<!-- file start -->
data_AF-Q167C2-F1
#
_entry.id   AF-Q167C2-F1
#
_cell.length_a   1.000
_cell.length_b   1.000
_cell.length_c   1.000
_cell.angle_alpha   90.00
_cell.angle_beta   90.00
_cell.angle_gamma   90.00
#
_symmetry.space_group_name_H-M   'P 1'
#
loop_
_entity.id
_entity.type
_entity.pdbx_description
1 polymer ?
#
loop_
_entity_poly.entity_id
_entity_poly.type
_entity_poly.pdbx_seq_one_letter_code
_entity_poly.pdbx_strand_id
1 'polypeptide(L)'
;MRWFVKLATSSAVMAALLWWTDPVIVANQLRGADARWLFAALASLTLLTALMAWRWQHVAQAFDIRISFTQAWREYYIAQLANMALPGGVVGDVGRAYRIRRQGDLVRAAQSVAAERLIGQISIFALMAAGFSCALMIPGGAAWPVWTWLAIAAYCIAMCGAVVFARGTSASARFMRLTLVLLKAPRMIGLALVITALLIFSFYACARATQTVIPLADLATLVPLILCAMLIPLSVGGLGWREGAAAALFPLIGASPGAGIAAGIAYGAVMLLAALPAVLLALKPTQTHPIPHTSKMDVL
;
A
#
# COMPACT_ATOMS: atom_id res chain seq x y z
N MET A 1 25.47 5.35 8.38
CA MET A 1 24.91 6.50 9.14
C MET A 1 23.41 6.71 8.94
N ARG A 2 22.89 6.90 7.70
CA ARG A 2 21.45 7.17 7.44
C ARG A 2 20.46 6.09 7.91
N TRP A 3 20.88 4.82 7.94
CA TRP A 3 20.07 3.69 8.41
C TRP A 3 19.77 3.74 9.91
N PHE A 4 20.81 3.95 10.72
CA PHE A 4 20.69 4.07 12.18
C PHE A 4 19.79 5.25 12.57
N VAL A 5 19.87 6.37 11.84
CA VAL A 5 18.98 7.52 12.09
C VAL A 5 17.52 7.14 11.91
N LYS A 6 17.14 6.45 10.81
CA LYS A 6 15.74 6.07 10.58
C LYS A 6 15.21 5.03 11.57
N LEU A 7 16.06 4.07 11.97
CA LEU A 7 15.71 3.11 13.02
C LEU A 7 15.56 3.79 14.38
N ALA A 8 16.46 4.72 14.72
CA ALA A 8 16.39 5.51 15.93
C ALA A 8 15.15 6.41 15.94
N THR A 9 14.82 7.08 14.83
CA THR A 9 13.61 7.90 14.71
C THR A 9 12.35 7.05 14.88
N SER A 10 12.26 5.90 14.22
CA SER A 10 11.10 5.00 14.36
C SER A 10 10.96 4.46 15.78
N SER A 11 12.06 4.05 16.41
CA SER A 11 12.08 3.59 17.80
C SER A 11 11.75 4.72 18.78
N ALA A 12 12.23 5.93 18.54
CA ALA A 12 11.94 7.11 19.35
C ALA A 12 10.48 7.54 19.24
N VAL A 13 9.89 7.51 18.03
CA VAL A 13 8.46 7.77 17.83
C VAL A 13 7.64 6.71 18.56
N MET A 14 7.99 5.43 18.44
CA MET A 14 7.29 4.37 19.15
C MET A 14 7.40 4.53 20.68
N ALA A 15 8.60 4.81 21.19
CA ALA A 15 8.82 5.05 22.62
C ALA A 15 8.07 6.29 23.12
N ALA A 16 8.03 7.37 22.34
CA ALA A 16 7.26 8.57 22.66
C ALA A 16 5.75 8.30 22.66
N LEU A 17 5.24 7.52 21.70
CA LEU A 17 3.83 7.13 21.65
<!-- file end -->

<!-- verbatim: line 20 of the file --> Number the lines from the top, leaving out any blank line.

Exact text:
loop_